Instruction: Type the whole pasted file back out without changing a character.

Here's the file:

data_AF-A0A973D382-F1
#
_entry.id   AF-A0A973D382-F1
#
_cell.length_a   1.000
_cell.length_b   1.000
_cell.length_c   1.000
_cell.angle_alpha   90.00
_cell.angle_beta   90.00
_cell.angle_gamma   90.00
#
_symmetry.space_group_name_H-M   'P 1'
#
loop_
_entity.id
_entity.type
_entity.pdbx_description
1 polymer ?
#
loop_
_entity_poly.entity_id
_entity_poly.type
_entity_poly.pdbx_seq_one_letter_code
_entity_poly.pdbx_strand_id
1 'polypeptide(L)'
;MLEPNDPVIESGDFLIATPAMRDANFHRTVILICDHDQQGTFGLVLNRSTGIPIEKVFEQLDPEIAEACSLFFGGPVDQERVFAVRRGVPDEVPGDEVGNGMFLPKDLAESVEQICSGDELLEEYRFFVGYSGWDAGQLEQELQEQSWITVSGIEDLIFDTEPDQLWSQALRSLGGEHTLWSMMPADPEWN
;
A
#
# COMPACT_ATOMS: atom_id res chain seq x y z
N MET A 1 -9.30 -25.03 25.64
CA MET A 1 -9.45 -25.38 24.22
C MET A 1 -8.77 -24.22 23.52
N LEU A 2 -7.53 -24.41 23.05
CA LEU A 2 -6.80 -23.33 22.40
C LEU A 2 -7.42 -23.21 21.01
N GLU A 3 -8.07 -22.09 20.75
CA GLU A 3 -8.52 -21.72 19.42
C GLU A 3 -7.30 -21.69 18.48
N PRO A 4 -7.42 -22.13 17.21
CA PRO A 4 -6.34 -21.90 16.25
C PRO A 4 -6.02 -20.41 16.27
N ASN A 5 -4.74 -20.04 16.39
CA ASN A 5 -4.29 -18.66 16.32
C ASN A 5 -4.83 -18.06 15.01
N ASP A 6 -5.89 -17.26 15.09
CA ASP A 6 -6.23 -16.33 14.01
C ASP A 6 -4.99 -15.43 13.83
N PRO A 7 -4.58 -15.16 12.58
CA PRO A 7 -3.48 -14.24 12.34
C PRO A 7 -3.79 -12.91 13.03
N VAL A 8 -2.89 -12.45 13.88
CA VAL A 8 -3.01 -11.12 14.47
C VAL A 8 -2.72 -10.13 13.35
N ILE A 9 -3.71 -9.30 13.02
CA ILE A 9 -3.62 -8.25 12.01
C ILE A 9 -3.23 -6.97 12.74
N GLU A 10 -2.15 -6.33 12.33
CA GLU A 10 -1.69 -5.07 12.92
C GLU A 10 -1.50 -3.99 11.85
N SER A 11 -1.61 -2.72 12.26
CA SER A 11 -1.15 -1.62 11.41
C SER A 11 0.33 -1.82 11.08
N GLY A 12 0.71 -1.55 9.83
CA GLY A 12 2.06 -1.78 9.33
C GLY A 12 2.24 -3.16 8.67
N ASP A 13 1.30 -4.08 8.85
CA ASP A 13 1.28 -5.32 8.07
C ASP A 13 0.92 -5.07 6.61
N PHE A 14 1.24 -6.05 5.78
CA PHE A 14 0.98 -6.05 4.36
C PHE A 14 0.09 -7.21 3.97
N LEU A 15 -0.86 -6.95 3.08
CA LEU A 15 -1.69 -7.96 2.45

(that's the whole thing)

data_AF-A0A973D382-F1
#
_entry.id   AF-A0A973D382-F1
#
_cell.length_a   1.000
_cell.length_b   1.000
_cell.length_c   1.000
_cell.angle_alpha   90.00
_cell.angle_beta   90.00
_cell.angle_gamma   90.00
#
_symmetry.space_group_name_H-M   'P 1'
#
loop_
_entity.id
_entity.type
_entity.pdbx_description
1 polymer ?
#
loop_
_entity_poly.entity_id
_entity_poly.type
_entity_poly.pdbx_seq_one_letter_code
_entity_poly.pdbx_strand_id
1 'polypeptide(L)'
;MLEPNDPVIESGDFLIATPAMRDANFHRTVILICDHDQQGTFGLVLNRSTGIPIEKVFEQLDPEIAEACSLFFGGPVDQERVFAVRRGVPDEVPGDEVGNGMFLPKDLAESVEQICSGDELLEEYRFFVGYSGWDAGQLEQELQEQSWITVSGIEDLIFDTEPDQLWSQALRSLGGEHTLWSMMPADPEWN
;
A
#
# COMPACT_ATOMS: atom_id res chain seq x y z
N MET A 1 -9.30 -25.03 25.64
CA MET A 1 -9.45 -25.38 24.22
C MET A 1 -8.77 -24.22 23.52
N LEU A 2 -7.53 -24.41 23.05
CA LEU A 2 -6.80 -23.33 22.40
C LEU A 2 -7.42 -23.21 21.01
N GLU A 3 -8.07 -22.09 20.75
CA GLU A 3 -8.52 -21.72 19.42
C GLU A 3 -7.30 -21.69 18.48
N PRO A 4 -7.42 -22.13 17.21
CA PRO A 4 -6.34 -21.90 16.25
C PRO A 4 -6.02 -20.41 16.27
N ASN A 5 -4.74 -20.04 16.39
CA ASN A 5 -4.29 -18.66 16.32
C ASN A 5 -4.83 -18.06 15.01
N ASP A 6 -5.89 -17.26 15.09
CA ASP A 6 -6.23 -16.33 14.01
C ASP A 6 -4.99 -15.43 13.83
N PRO A 7 -4.58 -15.16 12.58
CA PRO A 7 -3.48 -14.24 12.34
C PRO A 7 -3.79 -12.91 13.03
N VAL A 8 -2.89 -12.45 13.88
CA VAL A 8 -3.01 -11.12 14.47
C VAL A 8 -2.72 -10.13 13.35
N ILE A 9 -3.71 -9.30 13.02
CA ILE A 9 -3.62 -8.25 12.01
C ILE A 9 -3.23 -6.97 12.74
N GLU A 10 -2.15 -6.33 12.33
CA GLU A 10 -1.69 -5.07 12.92
C GLU A 10 -1.50 -3.99 11.85
N SER A 11 -1.61 -2.72 12.26
CA SER A 11 -1.15 -1.62 11.41
C SER A 11 0.33 -1.82 11.08
N GLY A 12 0.71 -1.55 9.83
CA GLY A 12 2.06 -1.78 9.33
C GLY A 12 2.24 -3.16 8.67
N ASP A 13 1.30 -4.08 8.85
CA ASP A 13 1.28 -5.32 8.07
C ASP A 13 0.92 -5.07 6.61
N PHE A 14 1.24 -6.05 5.78
CA PHE A 14 0.98 -6.05 4.36
C PHE A 14 0.09 -7.21 3.97
N LEU A 15 -0.86 -6.95 3.08
CA LEU A 15 -1.69 -7.96 2.45